The body of a Syrian child is pulled from rubble after an aerial bombardment from goverment forces in the Ahad neighbourhood of the northern Syrian city of Aleppo, Sept. 11, 2012. Sam Tarling.
The Sri Lankan civil war lasted for a quarter of a century, from 1983 to 2009, with an estimated hundred thousand people killed. In 2011, over eight hundred and fifty-five thousand tourists visited the island—an all-time record—and the government hopes to draw 2.6 million annual tourists by 2016.
The German photographer Yannik Willing has been documenting Sri Lanka’s post-war normalization. Click-through for a selection of Willing’s work, and for more from him on the rapid changes in Sri Lanka: http://nyr.kr/N1I5QV
The United Nations news agency IRIN reports that, in Yemen’s capital, Sana’a, “the UN Refugee Agency (UNHCR) has reported that about 4,000 residents are seeking protection as a result of fighting late last month in the northern Al-Hasaba district of the city between security forces loyal to President Ali Saleh and the armed opposition.”
Libya - War - Inside The Libyan Rebels’ Hidden Weapons Shops in MisurataA rebel technician works to build a hand trigger on a .50 cal machine gun, at a workshop in Misurata. Rebel forces in Misurata have been fighting for almost two months with whatever weapons they were able to loot or capture from Qadafi’s forces. As part of the war effort to defend their city against attack, a small industry of weapons workshops have sprung up in discreet locations around the city—modifying pickup trucks with armor, and welding crew serve weapons turrets into the flatbeds. Crews work long hours, evolving their craft through the machinations of war hoping to constantly improve the capabilities of the fighters on the frontlines.
IMAGE: © Bryan Denton/Corbis
European Pressphoto Agency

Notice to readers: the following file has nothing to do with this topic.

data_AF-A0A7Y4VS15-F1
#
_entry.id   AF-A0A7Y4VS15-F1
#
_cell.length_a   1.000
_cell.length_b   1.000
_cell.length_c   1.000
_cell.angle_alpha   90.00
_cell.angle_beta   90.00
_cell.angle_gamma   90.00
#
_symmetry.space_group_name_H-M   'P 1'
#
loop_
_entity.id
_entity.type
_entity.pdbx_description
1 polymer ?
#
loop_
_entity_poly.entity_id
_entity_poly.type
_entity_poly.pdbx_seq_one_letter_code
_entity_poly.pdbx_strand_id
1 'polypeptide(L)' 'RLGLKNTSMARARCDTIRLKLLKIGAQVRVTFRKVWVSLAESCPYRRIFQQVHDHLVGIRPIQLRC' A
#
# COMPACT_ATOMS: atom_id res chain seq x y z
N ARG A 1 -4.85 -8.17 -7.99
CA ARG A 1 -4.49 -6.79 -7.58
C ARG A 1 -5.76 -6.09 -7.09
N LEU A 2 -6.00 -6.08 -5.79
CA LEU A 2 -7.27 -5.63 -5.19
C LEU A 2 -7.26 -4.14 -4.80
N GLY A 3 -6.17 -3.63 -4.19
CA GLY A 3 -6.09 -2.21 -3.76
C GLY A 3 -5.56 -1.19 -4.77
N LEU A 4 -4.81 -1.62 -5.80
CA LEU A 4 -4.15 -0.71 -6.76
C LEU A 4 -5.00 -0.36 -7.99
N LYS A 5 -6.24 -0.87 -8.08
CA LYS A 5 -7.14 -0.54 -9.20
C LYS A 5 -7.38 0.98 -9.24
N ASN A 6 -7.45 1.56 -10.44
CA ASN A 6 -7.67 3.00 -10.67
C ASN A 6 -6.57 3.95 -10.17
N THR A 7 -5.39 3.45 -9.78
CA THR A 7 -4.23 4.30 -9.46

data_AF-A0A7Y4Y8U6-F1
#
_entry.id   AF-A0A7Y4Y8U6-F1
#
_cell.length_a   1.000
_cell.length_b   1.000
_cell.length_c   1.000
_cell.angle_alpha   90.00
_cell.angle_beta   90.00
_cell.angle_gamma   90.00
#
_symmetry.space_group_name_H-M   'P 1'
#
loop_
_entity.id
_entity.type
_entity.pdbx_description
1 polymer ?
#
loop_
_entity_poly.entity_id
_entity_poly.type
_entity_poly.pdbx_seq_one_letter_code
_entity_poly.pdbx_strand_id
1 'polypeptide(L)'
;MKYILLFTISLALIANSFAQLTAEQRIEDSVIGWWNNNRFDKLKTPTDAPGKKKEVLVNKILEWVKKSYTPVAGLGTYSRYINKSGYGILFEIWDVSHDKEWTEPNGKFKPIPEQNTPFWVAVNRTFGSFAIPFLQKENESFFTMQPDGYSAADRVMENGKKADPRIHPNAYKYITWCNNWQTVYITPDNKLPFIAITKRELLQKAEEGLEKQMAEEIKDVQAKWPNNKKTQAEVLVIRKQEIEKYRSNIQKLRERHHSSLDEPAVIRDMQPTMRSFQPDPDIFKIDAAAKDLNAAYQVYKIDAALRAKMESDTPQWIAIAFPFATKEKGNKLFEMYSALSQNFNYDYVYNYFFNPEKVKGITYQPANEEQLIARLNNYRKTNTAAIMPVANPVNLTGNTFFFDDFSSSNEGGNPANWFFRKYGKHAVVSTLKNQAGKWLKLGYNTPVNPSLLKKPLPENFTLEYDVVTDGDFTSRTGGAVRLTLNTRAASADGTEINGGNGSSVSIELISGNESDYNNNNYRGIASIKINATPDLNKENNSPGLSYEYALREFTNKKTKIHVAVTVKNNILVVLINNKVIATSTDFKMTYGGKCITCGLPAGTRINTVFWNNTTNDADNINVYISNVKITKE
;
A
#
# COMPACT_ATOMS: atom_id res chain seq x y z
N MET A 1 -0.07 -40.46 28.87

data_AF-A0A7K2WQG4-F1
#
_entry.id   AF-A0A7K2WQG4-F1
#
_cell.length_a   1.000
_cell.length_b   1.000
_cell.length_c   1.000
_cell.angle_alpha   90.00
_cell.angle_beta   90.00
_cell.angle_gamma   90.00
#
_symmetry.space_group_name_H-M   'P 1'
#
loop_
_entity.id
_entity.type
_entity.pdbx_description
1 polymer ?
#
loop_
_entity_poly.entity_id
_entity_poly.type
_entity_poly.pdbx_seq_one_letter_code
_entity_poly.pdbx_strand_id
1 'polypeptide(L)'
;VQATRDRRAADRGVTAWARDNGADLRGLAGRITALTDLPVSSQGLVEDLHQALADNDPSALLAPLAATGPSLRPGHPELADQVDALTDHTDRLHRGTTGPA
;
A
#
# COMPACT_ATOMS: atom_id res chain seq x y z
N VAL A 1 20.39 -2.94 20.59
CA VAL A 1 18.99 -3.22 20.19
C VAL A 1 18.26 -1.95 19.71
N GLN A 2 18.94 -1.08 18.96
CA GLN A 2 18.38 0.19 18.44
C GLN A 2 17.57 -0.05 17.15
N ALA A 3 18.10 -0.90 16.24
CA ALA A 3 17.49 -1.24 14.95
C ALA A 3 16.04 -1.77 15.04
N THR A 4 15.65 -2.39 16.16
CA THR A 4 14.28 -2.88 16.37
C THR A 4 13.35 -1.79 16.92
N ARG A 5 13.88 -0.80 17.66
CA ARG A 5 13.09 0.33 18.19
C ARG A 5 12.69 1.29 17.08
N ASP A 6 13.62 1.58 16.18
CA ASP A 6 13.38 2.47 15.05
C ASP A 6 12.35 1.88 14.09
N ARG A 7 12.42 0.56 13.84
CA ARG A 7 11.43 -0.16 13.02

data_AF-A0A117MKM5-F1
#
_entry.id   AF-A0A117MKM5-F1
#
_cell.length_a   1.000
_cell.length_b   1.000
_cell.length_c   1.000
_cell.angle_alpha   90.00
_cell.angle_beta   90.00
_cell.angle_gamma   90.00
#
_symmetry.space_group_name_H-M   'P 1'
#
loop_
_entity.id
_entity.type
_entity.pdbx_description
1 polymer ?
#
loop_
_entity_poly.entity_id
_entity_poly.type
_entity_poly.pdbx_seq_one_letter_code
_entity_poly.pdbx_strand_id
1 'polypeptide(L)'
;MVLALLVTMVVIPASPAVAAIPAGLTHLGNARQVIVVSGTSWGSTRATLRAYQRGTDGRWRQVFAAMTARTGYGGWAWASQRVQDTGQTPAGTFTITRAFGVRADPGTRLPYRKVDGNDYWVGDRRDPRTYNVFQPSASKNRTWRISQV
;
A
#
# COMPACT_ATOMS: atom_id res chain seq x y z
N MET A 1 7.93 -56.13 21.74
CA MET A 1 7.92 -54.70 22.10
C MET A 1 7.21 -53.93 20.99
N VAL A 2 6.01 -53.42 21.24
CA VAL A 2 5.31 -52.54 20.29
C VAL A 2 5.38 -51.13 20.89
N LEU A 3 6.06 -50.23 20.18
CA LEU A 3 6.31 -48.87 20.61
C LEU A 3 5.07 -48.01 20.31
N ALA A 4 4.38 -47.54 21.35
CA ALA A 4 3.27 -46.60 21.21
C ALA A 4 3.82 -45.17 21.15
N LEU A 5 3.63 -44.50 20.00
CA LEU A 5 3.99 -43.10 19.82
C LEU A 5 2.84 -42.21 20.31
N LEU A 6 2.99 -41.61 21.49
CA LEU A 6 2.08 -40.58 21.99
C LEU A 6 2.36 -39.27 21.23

NATO warplanes pound targets in Tripoli, Libya, hitting Col. Muammar el-Qaddafi’s command compound.
(110501)—TRIPOLI, May 1,2011 (Xinhua) — This photo taken on May 1, 2011 shows the damage of the house of the Libyan leader Muammar Gaddafi after an air raid during a tour organized by the Libyan government in the area of Gargur in Tripoli, Libya. Sayf al-Arab Kadhafi, embattled Libyan leader Moamer Kadhafi’s youngest son, was killed in an airstrike on Saturday, a government spokesman said.
IMAGE: © Hamza Turkia/XinHua/Xinhua Press/Corbis
“The only way we’re able to eat is by our own hands, our own might. It’s not the president who’s going to manufacture food for us; it’s our machetes [which we use to work the land]. We have nothing to do with these politics.
“Peace is the only thing we seek. Just to be left alone to go about our lives. Imagine - I’m a simple farmer who goes to the field to find cassava or bananas, and I get shot dead, for nothing. I’m innocent - I’m not affiliated with this or that president - the land and my machete are my president.
Doh St. Michel, a farmer who fled his village near Duékoué in western Côte d’Ivoire after gunfire erupted and locals were killed on 28 November 2010, the day of the presidential run-off election.
“All I heard was gunfire, screaming and crying. People were begging for mercy. Those who were shooting said nothing - they just fired and fired. Those attacking us were Gbagbo’s militia and Liberians Gbagbo deployed in the country.”
— 18 year old Ivorian man to the UN’s IRIN news agency
If you were a protester in Yemen recently and you noticed a helicopter over your demonstration while dictator Ali Abdullah Saleh’s security forces fired at you, there is a real chance that what you saw was a new American “Huey II” chopper, sent by the Obama Administration earlier this year as part of an ongoing Pentagon program to supply and train Saleh’s forces.
For more on the Pentagon’s support — in the form of helicopters, small arms, ammunition, and armored vehicles — for Yemen’s long-time autocrat, do check out my latest article: “Hueys Over Yemen: Is U.S. Aid Suppressing Another Mideast Freedom Struggle?”
photo credit: Injured Yemeni anti-government protesters receive treatment at a makeshift clinic following clashes with security forces in Sana’a, Yemen, 10 April 2011. © YAHYA ARHAB/epa/Corbis